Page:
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Professor Marston And the Wonder Women' Is A Traditional Romantic Dramedy—With Polyamory: Review

 

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Professor Marston and the Wonder Women
is both less and more alluringly sexy than the trailers and promotional posters would have you believe. The sexiness is less overt in that there’s really only one sex scene proper amongst Professor Bill Marston, his wife Elizabeth, and his student Olive Byrne in the whole film. Set in the costume room in the backstage of a Harvard-Radcliffe theater, the tryst is dramatically lit for flair rather than intimacy, with Nina Simone’s “Feeling Good” booming in the background, emphasizing the novelty and excitement of the three lovers consummating their feelings for the first time. There are scenes that are more obviously erotically charged, such as Bill and Elizabeth sneaking into Olive’s sorority house to watch a pledge ritual made memorable by Olive being required to spank a misbehaving junior student. Yet it’s the smaller interactions amongst Bill (Luke Evans), Elizabeth (Rebecca Hall), and Olive (Bella Heathcote) that really give Professor Marston and the Wonder Women its simmering sparks and thrills: a flitting glance across the endless gulf of a picnic blanket; a shared smile that lingers too long for the comfort of bystanders; the snappy, loving rapport of a debate over whether Wonder Woman will ever get published. Ultimately, though, the film uses its highly-touted draw — the polyamorous relationship that birthed Wonder Woman! — as a vehicle for a much more sobering story altogether about prejudice, judgment, and the power of love, rather than as an opportunity to merely titillate audiences with an unconventional and unexpected relationship dynamic.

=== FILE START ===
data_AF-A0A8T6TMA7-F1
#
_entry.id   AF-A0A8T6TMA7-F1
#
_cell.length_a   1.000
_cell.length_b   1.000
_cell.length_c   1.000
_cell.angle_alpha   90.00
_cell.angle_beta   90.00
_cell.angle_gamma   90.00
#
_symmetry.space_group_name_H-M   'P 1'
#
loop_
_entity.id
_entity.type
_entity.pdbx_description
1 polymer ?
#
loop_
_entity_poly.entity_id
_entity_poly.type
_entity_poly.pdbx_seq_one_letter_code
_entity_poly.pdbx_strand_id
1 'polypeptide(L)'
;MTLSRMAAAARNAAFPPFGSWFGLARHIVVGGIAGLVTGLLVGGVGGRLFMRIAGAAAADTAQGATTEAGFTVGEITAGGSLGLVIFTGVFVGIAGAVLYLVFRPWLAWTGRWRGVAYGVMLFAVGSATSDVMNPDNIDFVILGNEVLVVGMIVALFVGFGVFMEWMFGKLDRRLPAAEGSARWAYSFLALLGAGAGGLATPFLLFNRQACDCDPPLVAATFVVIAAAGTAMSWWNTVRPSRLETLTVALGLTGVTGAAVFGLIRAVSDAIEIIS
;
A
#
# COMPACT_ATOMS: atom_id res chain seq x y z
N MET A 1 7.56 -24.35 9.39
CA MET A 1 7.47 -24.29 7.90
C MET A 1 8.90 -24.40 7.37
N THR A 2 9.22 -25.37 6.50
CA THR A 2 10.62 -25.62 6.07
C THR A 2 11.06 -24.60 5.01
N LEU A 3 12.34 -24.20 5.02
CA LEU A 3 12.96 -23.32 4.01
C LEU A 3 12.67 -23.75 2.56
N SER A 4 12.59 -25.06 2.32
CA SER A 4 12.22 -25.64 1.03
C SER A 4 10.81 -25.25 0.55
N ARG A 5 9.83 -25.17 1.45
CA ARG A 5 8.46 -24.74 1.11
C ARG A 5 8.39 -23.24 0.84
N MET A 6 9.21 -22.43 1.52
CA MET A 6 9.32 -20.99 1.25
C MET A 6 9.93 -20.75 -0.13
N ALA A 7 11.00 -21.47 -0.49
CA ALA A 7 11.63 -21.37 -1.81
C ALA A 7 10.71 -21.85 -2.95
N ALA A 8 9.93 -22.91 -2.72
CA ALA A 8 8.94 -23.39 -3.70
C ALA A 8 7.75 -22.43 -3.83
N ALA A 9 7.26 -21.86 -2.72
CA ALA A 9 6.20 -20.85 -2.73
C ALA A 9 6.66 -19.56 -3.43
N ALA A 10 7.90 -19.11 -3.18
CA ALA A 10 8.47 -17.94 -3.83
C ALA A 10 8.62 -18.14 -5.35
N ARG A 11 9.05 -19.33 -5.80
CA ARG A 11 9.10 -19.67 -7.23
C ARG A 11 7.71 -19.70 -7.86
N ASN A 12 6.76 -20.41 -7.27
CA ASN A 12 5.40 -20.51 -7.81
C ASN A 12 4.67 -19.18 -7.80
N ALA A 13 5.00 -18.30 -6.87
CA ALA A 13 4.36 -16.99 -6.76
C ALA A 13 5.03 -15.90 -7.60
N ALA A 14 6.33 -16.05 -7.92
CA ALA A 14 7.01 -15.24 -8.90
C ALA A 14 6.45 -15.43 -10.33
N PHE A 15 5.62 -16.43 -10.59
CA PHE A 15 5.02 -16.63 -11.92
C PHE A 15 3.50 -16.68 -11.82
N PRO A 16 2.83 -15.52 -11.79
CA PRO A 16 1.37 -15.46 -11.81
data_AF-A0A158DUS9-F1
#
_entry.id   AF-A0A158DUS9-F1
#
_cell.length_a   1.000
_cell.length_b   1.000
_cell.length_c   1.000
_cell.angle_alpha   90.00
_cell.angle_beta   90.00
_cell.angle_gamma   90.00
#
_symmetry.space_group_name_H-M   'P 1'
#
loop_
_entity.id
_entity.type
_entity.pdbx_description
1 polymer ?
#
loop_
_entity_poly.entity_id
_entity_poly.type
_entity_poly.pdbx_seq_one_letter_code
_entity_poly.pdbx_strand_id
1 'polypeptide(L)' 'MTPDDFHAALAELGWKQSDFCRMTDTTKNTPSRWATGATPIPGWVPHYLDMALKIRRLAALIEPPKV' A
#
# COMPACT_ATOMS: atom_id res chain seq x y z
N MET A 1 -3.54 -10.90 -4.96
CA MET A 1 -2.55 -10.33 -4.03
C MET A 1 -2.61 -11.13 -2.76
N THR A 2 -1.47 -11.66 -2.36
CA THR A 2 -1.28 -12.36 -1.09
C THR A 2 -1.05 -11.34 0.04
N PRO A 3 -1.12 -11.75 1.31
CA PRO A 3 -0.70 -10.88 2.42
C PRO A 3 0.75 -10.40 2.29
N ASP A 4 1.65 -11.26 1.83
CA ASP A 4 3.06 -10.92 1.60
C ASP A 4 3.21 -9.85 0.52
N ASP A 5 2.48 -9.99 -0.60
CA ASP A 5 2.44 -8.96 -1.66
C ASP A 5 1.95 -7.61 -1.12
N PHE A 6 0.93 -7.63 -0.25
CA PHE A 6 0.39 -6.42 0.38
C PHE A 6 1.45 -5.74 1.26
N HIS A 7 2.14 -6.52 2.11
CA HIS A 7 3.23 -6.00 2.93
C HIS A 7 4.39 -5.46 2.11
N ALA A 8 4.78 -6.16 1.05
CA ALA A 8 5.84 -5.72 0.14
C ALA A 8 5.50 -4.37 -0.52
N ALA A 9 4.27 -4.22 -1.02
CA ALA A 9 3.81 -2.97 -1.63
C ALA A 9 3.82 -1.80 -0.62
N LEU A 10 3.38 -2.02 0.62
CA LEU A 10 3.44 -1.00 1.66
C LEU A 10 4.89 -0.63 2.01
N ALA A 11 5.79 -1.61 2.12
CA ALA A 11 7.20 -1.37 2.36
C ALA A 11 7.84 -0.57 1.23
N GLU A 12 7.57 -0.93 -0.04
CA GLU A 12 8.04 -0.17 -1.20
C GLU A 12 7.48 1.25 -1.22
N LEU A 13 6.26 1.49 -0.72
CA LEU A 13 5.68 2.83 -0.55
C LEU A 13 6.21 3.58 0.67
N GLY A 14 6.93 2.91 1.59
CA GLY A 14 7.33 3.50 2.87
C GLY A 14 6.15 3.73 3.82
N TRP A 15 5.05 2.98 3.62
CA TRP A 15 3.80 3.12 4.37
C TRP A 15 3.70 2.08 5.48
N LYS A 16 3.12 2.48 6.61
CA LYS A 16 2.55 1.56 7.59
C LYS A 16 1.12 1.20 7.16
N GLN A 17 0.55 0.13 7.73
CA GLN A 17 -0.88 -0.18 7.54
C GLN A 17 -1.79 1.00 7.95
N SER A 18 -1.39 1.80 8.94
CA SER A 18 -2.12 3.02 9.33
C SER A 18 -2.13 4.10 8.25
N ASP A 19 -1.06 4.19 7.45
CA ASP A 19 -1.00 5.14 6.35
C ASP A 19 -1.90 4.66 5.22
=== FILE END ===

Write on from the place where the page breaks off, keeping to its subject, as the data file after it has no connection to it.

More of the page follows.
The plot of Professor Marston and the Wonder Woman is fairly linear and straightforward, framed (and intermittently interrupted by) an increasingly terse interview between Professor Marston and highly distressed avatar of America’s moral authority (Connie Britton), who wants to know why his comics (aimed at children, no less!) are so provocative and sexual. Bill Marston and Elizabeth are at Harvard—he a professor, she his assistant who can’t get Harvard to give her a degree—and we see the playful, witty repartee of two brilliant people who are delighted with themselves and with one another. When Olive signs up to be Bill’s lab assistant, Elizabeth is initially hostile, but the three grow closer, build and test the first lie detector test, and find themselves falling in love with one another. At first they try to hide their growing feelings, but inevitably it’s impossible to resist. Cut to Bill’s losing his job due to the scandalous nature of his relationship with Elizabeth and Olive, who becomes pregnant; while Olive stays home as a housewife and Bill tries to publish his psychological studies with no avail, Elizabeth swallows her pride (and her extensive academic background) and goes to work as a secretary.